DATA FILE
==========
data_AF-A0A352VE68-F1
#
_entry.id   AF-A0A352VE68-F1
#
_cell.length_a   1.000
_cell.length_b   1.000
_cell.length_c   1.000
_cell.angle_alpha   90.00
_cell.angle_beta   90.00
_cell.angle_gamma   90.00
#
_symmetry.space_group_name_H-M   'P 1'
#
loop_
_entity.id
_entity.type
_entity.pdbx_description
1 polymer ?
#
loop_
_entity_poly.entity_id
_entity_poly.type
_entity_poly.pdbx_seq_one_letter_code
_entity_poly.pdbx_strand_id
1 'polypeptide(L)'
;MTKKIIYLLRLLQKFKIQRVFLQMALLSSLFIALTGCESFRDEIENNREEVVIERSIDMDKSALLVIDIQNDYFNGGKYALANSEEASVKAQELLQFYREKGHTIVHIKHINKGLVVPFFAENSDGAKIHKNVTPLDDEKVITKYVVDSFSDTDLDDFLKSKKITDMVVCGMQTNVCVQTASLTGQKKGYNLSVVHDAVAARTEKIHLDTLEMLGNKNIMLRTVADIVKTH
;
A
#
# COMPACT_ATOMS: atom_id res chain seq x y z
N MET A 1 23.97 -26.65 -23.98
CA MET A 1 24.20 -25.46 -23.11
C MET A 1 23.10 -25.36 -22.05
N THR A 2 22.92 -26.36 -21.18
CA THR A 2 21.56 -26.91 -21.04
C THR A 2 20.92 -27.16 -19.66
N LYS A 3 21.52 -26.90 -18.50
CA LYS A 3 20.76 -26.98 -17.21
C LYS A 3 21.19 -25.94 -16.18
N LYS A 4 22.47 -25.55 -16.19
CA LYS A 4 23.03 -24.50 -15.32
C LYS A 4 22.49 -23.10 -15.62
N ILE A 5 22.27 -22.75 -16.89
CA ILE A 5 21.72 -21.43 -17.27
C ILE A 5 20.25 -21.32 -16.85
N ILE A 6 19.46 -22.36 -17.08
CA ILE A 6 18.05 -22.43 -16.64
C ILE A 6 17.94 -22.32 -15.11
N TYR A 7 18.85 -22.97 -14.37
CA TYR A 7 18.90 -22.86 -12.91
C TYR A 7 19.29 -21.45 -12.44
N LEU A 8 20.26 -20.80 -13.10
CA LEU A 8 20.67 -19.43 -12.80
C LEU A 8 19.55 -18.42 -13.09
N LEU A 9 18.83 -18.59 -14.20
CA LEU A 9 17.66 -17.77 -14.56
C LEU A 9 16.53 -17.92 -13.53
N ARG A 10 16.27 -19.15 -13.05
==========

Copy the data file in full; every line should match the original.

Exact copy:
data_AF-A0A352VE68-F1
#
_entry.id   AF-A0A352VE68-F1
#
_cell.length_a   1.000
_cell.length_b   1.000
_cell.length_c   1.000
_cell.angle_alpha   90.00
_cell.angle_beta   90.00
_cell.angle_gamma   90.00
#
_symmetry.space_group_name_H-M   'P 1'
#
loop_
_entity.id
_entity.type
_entity.pdbx_description
1 polymer ?
#
loop_
_entity_poly.entity_id
_entity_poly.type
_entity_poly.pdbx_seq_one_letter_code
_entity_poly.pdbx_strand_id
1 'polypeptide(L)'
;MTKKIIYLLRLLQKFKIQRVFLQMALLSSLFIALTGCESFRDEIENNREEVVIERSIDMDKSALLVIDIQNDYFNGGKYALANSEEASVKAQELLQFYREKGHTIVHIKHINKGLVVPFFAENSDGAKIHKNVTPLDDEKVITKYVVDSFSDTDLDDFLKSKKITDMVVCGMQTNVCVQTASLTGQKKGYNLSVVHDAVAARTEKIHLDTLEMLGNKNIMLRTVADIVKTH
;
A
#
# COMPACT_ATOMS: atom_id res chain seq x y z
N MET A 1 23.97 -26.65 -23.98
CA MET A 1 24.20 -25.46 -23.11
C MET A 1 23.10 -25.36 -22.05
N THR A 2 22.92 -26.36 -21.18
CA THR A 2 21.56 -26.91 -21.04
C THR A 2 20.92 -27.16 -19.66
N LYS A 3 21.52 -26.90 -18.50
CA LYS A 3 20.76 -26.98 -17.21
C LYS A 3 21.19 -25.94 -16.18
N LYS A 4 22.47 -25.55 -16.19
CA LYS A 4 23.03 -24.50 -15.32
C LYS A 4 22.49 -23.10 -15.62
N ILE A 5 22.27 -22.75 -16.89
CA ILE A 5 21.72 -21.43 -17.27
C ILE A 5 20.25 -21.32 -16.85
N ILE A 6 19.46 -22.36 -17.08
CA ILE A 6 18.05 -22.43 -16.64
C ILE A 6 17.94 -22.32 -15.11
N TYR A 7 18.85 -22.97 -14.37
CA TYR A 7 18.90 -22.86 -12.91
C TYR A 7 19.29 -21.45 -12.44
N LEU A 8 20.26 -20.80 -13.10
CA LEU A 8 20.67 -19.43 -12.80
C LEU A 8 19.55 -18.42 -13.09
N LEU A 9 18.83 -18.59 -14.20
CA LEU A 9 17.66 -17.77 -14.56
C LEU A 9 16.53 -17.92 -13.53
N ARG A 10 16.27 -19.15 -13.05